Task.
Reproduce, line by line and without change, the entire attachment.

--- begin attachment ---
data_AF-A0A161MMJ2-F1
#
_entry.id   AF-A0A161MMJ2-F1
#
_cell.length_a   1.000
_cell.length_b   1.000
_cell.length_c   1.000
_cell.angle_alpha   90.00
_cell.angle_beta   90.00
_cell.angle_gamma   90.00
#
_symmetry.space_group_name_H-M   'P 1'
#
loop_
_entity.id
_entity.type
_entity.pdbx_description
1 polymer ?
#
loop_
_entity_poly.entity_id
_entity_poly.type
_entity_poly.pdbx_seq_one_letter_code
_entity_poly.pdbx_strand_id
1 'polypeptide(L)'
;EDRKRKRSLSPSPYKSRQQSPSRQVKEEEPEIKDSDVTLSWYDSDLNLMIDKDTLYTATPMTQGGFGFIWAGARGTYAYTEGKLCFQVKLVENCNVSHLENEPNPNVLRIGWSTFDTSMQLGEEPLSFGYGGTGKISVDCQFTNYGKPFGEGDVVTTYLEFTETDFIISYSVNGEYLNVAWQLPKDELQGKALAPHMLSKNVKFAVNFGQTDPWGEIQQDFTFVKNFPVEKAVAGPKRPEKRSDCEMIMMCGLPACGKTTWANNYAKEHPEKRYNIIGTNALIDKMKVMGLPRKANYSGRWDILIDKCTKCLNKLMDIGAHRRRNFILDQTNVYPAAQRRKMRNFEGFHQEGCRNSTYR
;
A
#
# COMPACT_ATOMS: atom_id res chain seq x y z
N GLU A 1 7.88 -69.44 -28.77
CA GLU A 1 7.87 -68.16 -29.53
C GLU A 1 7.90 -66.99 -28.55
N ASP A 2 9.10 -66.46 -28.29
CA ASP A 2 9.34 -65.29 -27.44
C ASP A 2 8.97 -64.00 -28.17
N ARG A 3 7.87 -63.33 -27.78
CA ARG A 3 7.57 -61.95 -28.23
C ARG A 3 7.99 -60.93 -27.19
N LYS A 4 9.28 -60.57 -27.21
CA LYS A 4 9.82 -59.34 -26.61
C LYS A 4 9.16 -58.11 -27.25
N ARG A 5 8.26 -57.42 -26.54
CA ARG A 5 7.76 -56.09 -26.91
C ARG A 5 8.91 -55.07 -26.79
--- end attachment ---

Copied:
data_AF-A0A161MMJ2-F1
#
_entry.id   AF-A0A161MMJ2-F1
#
_cell.length_a   1.000
_cell.length_b   1.000
_cell.length_c   1.000
_cell.angle_alpha   90.00
_cell.angle_beta   90.00
_cell.angle_gamma   90.00
#
_symmetry.space_group_name_H-M   'P 1'
#
loop_
_entity.id
_entity.type
_entity.pdbx_description
1 polymer ?
#
loop_
_entity_poly.entity_id
_entity_poly.type
_entity_poly.pdbx_seq_one_letter_code
_entity_poly.pdbx_strand_id
1 'polypeptide(L)'
;EDRKRKRSLSPSPYKSRQQSPSRQVKEEEPEIKDSDVTLSWYDSDLNLMIDKDTLYTATPMTQGGFGFIWAGARGTYAYTEGKLCFQVKLVENCNVSHLENEPNPNVLRIGWSTFDTSMQLGEEPLSFGYGGTGKISVDCQFTNYGKPFGEGDVVTTYLEFTETDFIISYSVNGEYLNVAWQLPKDELQGKALAPHMLSKNVKFAVNFGQTDPWGEIQQDFTFVKNFPVEKAVAGPKRPEKRSDCEMIMMCGLPACGKTTWANNYAKEHPEKRYNIIGTNALIDKMKVMGLPRKANYSGRWDILIDKCTKCLNKLMDIGAHRRRNFILDQTNVYPAAQRRKMRNFEGFHQEGCRNSTYR
;
A
#
# COMPACT_ATOMS: atom_id res chain seq x y z
N GLU A 1 7.88 -69.44 -28.77
CA GLU A 1 7.87 -68.16 -29.53
C GLU A 1 7.90 -66.99 -28.55
N ASP A 2 9.10 -66.46 -28.29
CA ASP A 2 9.34 -65.29 -27.44
C ASP A 2 8.97 -64.00 -28.17
N ARG A 3 7.87 -63.33 -27.78
CA ARG A 3 7.57 -61.95 -28.23
C ARG A 3 7.99 -60.93 -27.19
N LYS A 4 9.28 -60.57 -27.21
CA LYS A 4 9.82 -59.34 -26.61
C LYS A 4 9.16 -58.11 -27.25
N ARG A 5 8.26 -57.42 -26.54
CA ARG A 5 7.76 -56.09 -26.91
C ARG A 5 8.91 -55.07 -26.79